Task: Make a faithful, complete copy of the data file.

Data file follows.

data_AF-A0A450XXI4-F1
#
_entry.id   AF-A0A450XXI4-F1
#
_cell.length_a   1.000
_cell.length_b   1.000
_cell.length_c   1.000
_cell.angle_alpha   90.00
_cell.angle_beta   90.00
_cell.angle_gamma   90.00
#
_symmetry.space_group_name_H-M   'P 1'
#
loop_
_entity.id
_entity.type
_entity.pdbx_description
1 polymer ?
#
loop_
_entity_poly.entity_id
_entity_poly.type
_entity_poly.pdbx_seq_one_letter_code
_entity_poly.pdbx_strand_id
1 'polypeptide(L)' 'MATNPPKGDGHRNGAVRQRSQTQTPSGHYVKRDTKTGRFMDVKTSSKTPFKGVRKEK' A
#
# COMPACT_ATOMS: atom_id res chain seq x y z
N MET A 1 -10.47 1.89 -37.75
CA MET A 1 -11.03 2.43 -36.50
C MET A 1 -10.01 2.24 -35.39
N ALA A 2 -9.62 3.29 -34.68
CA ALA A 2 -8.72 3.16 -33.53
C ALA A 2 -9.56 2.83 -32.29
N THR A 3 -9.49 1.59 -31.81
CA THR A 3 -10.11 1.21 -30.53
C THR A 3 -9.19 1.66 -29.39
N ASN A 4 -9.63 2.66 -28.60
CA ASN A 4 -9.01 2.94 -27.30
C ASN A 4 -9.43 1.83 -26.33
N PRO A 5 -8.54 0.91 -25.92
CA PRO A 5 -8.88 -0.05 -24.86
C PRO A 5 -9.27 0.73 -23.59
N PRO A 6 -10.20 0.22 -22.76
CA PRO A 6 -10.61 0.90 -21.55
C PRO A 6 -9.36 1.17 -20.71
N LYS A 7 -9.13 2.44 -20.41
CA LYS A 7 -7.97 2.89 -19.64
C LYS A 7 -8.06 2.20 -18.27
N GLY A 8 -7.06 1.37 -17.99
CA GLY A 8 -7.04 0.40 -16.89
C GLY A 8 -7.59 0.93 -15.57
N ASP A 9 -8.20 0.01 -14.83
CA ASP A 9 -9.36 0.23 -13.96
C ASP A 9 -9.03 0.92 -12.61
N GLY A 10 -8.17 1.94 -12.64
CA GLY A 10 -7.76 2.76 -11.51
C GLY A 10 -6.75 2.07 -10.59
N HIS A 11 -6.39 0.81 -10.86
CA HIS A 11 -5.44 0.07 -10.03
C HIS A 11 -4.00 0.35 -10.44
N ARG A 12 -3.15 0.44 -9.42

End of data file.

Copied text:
data_AF-A0A450XXI4-F1
#
_entry.id   AF-A0A450XXI4-F1
#
_cell.length_a   1.000
_cell.length_b   1.000
_cell.length_c   1.000
_cell.angle_alpha   90.00
_cell.angle_beta   90.00
_cell.angle_gamma   90.00
#
_symmetry.space_group_name_H-M   'P 1'
#
loop_
_entity.id
_entity.type
_entity.pdbx_description
1 polymer ?
#
loop_
_entity_poly.entity_id
_entity_poly.type
_entity_poly.pdbx_seq_one_letter_code
_entity_poly.pdbx_strand_id
1 'polypeptide(L)' 'MATNPPKGDGHRNGAVRQRSQTQTPSGHYVKRDTKTGRFMDVKTSSKTPFKGVRKEK' A
#
# COMPACT_ATOMS: atom_id res chain seq x y z
N MET A 1 -10.47 1.89 -37.75
CA MET A 1 -11.03 2.43 -36.50
C MET A 1 -10.01 2.24 -35.39
N ALA A 2 -9.62 3.29 -34.68
CA ALA A 2 -8.72 3.16 -33.53
C ALA A 2 -9.56 2.83 -32.29
N THR A 3 -9.49 1.59 -31.81
CA THR A 3 -10.11 1.21 -30.53
C THR A 3 -9.19 1.66 -29.39
N ASN A 4 -9.63 2.66 -28.60
CA ASN A 4 -9.01 2.94 -27.30
C ASN A 4 -9.43 1.83 -26.33
N PRO A 5 -8.54 0.91 -25.92
CA PRO A 5 -8.88 -0.05 -24.86
C PRO A 5 -9.27 0.73 -23.59
N PRO A 6 -10.20 0.22 -22.76
CA PRO A 6 -10.61 0.90 -21.55
C PRO A 6 -9.36 1.17 -20.71
N LYS A 7 -9.13 2.44 -20.41
CA LYS A 7 -7.97 2.89 -19.64
C LYS A 7 -8.06 2.20 -18.27
N GLY A 8 -7.06 1.37 -17.99
CA GLY A 8 -7.04 0.40 -16.89
C GLY A 8 -7.59 0.93 -15.57
N ASP A 9 -8.20 0.01 -14.83
CA ASP A 9 -9.36 0.23 -13.96
C ASP A 9 -9.03 0.92 -12.61
N GLY A 10 -8.17 1.94 -12.64
CA GLY A 10 -7.76 2.76 -11.51
C GLY A 10 -6.75 2.07 -10.59
N HIS A 11 -6.39 0.81 -10.86
CA HIS A 11 -5.44 0.07 -10.03
C HIS A 11 -4.00 0.35 -10.44
N ARG A 12 -3.15 0.44 -9.42